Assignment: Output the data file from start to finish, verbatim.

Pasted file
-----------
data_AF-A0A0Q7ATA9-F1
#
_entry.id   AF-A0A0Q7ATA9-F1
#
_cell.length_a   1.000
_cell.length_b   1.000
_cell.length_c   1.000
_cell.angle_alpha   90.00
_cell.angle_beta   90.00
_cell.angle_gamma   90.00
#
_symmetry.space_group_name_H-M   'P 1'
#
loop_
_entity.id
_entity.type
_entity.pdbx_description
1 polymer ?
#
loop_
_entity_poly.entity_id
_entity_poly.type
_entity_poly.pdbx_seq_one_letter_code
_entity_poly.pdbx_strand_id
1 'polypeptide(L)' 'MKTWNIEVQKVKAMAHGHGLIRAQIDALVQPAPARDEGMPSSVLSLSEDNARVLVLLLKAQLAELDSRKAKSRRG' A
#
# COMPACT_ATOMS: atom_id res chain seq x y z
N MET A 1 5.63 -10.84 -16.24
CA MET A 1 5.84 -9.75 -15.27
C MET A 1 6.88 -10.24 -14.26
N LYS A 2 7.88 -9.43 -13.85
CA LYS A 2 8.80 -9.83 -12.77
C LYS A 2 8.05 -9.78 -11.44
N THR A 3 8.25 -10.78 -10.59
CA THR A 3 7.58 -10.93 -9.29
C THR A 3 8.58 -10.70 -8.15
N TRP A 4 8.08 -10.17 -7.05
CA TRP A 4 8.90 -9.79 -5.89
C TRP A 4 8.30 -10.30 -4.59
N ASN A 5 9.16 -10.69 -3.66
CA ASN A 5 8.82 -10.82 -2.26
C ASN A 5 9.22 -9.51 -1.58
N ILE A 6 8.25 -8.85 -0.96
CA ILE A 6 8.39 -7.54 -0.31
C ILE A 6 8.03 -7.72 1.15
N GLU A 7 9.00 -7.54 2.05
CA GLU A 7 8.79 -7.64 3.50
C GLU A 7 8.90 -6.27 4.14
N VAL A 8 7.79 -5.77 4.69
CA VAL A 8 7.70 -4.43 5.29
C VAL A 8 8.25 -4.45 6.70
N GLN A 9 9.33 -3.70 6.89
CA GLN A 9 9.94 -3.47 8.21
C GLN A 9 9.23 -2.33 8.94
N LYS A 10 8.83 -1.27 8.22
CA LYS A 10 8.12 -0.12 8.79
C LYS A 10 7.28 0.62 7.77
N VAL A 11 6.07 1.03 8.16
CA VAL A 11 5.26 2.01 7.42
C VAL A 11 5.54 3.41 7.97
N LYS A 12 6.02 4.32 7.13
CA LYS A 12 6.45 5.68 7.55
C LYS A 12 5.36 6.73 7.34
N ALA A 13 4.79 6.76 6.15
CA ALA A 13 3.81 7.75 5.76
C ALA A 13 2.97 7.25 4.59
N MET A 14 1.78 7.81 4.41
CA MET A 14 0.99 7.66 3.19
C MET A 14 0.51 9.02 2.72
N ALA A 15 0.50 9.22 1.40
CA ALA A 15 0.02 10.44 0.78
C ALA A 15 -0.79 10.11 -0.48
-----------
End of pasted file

data_AF-A0A0Q7ATA9-F1
#
_entry.id   AF-A0A0Q7ATA9-F1
#
_cell.length_a   1.000
_cell.length_b   1.000
_cell.length_c   1.000
_cell.angle_alpha   90.00
_cell.angle_beta   90.00
_cell.angle_gamma   90.00
#
_symmetry.space_group_name_H-M   'P 1'
#
loop_
_entity.id
_entity.type
_entity.pdbx_description
1 polymer ?
#
loop_
_entity_poly.entity_id
_entity_poly.type
_entity_poly.pdbx_seq_one_letter_code
_entity_poly.pdbx_strand_id
1 'polypeptide(L)' 'MKTWNIEVQKVKAMAHGHGLIRAQIDALVQPAPARDEGMPSSVLSLSEDNARVLVLLLKAQLAELDSRKAKSRRG' A
#
# COMPACT_ATOMS: atom_id res chain seq x y z
N MET A 1 5.63 -10.84 -16.24
CA MET A 1 5.84 -9.75 -15.27
C MET A 1 6.88 -10.24 -14.26
N LYS A 2 7.88 -9.43 -13.85
CA LYS A 2 8.80 -9.83 -12.77
C LYS A 2 8.05 -9.78 -11.44
N THR A 3 8.25 -10.78 -10.59
CA THR A 3 7.58 -10.93 -9.29
C THR A 3 8.58 -10.70 -8.15
N TRP A 4 8.08 -10.17 -7.05
CA TRP A 4 8.90 -9.79 -5.89
C TRP A 4 8.30 -10.30 -4.59
N ASN A 5 9.16 -10.69 -3.66
CA ASN A 5 8.82 -10.82 -2.26
C ASN A 5 9.22 -9.51 -1.58
N ILE A 6 8.25 -8.85 -0.96
CA ILE A 6 8.39 -7.54 -0.31
C ILE A 6 8.03 -7.72 1.15
N GLU A 7 9.00 -7.54 2.05
CA GLU A 7 8.79 -7.64 3.50
C GLU A 7 8.90 -6.27 4.14
N VAL A 8 7.79 -5.77 4.69
CA VAL A 8 7.70 -4.43 5.29
C VAL A 8 8.25 -4.45 6.70
N GLN A 9 9.33 -3.70 6.89
CA GLN A 9 9.94 -3.47 8.21
C GLN A 9 9.23 -2.33 8.94
N LYS A 10 8.83 -1.27 8.22
CA LYS A 10 8.12 -0.12 8.79
C LYS A 10 7.28 0.62 7.77
N VAL A 11 6.07 1.03 8.16
CA VAL A 11 5.26 2.01 7.42
C VAL A 11 5.54 3.41 7.97
N LYS A 12 6.02 4.32 7.13
CA LYS A 12 6.45 5.68 7.55
C LYS A 12 5.36 6.73 7.34
N ALA A 13 4.79 6.76 6.15
CA ALA A 13 3.81 7.75 5.76
C ALA A 13 2.97 7.25 4.59
N MET A 14 1.78 7.81 4.41
CA MET A 14 0.99 7.66 3.19
C MET A 14 0.51 9.02 2.72
N ALA A 15 0.50 9.22 1.40
CA ALA A 15 0.02 10.44 0.78
C ALA A 15 -0.79 10.11 -0.48